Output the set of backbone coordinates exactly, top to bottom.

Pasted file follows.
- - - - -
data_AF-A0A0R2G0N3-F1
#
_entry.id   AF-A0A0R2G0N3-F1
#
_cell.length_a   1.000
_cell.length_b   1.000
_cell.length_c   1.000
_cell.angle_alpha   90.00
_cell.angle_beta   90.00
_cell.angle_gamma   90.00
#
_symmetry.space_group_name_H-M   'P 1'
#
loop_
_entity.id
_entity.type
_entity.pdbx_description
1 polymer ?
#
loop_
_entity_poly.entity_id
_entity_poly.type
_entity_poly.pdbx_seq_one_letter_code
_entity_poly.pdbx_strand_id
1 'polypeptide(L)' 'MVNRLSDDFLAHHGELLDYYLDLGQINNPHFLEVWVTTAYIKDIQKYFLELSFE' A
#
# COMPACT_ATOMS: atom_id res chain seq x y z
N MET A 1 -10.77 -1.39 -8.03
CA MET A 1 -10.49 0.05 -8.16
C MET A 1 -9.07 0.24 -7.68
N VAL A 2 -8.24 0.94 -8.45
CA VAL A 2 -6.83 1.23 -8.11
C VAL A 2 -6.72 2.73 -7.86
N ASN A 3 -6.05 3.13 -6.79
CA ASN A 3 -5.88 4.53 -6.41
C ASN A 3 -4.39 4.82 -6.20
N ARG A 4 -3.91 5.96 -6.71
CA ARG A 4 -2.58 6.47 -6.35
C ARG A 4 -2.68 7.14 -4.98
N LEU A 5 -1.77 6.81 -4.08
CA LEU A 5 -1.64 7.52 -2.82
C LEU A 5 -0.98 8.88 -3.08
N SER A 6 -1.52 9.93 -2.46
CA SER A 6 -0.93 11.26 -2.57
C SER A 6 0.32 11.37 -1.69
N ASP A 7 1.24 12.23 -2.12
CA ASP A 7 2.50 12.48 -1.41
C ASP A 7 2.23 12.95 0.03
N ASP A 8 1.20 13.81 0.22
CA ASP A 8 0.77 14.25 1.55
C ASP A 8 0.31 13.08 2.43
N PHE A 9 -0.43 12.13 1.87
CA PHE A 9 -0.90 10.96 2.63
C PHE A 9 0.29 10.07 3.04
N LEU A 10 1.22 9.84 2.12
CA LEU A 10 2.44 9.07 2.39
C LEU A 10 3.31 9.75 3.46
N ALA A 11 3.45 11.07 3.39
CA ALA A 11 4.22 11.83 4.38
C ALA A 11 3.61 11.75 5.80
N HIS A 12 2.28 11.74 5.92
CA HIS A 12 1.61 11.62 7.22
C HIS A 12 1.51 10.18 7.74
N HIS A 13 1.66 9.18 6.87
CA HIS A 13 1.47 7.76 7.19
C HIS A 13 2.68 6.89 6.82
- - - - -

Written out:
data_AF-A0A0R2G0N3-F1
#
_entry.id   AF-A0A0R2G0N3-F1
#
_cell.length_a   1.000
_cell.length_b   1.000
_cell.length_c   1.000
_cell.angle_alpha   90.00
_cell.angle_beta   90.00
_cell.angle_gamma   90.00
#
_symmetry.space_group_name_H-M   'P 1'
#
loop_
_entity.id
_entity.type
_entity.pdbx_description
1 polymer ?
#
loop_
_entity_poly.entity_id
_entity_poly.type
_entity_poly.pdbx_seq_one_letter_code
_entity_poly.pdbx_strand_id
1 'polypeptide(L)' 'MVNRLSDDFLAHHGELLDYYLDLGQINNPHFLEVWVTTAYIKDIQKYFLELSFE' A
#
# COMPACT_ATOMS: atom_id res chain seq x y z
N MET A 1 -10.77 -1.39 -8.03
CA MET A 1 -10.49 0.05 -8.16
C MET A 1 -9.07 0.24 -7.68
N VAL A 2 -8.24 0.94 -8.45
CA VAL A 2 -6.83 1.23 -8.11
C VAL A 2 -6.72 2.73 -7.86
N ASN A 3 -6.05 3.13 -6.79
CA ASN A 3 -5.88 4.53 -6.41
C ASN A 3 -4.39 4.82 -6.20
N ARG A 4 -3.91 5.96 -6.71
CA ARG A 4 -2.58 6.47 -6.35
C ARG A 4 -2.68 7.14 -4.98
N LEU A 5 -1.77 6.81 -4.08
CA LEU A 5 -1.64 7.52 -2.82
C LEU A 5 -0.98 8.88 -3.08
N SER A 6 -1.52 9.93 -2.46
CA SER A 6 -0.93 11.26 -2.57
C SER A 6 0.32 11.37 -1.69
N ASP A 7 1.24 12.23 -2.12
CA ASP A 7 2.50 12.48 -1.41
C ASP A 7 2.23 12.95 0.03
N ASP A 8 1.20 13.81 0.22
CA ASP A 8 0.77 14.25 1.55
C ASP A 8 0.31 13.08 2.43
N PHE A 9 -0.43 12.13 1.87
CA PHE A 9 -0.90 10.96 2.63
C PHE A 9 0.29 10.07 3.04
N LEU A 10 1.22 9.84 2.12
CA LEU A 10 2.44 9.07 2.39
C LEU A 10 3.31 9.75 3.46
N ALA A 11 3.45 11.07 3.39
CA ALA A 11 4.22 11.83 4.38
C ALA A 11 3.61 11.75 5.80
N HIS A 12 2.28 11.74 5.92
CA HIS A 12 1.61 11.62 7.22
C HIS A 12 1.51 10.18 7.74
N HIS A 13 1.66 9.18 6.87
CA HIS A 13 1.47 7.76 7.19
C HIS A 13 2.68 6.89 6.82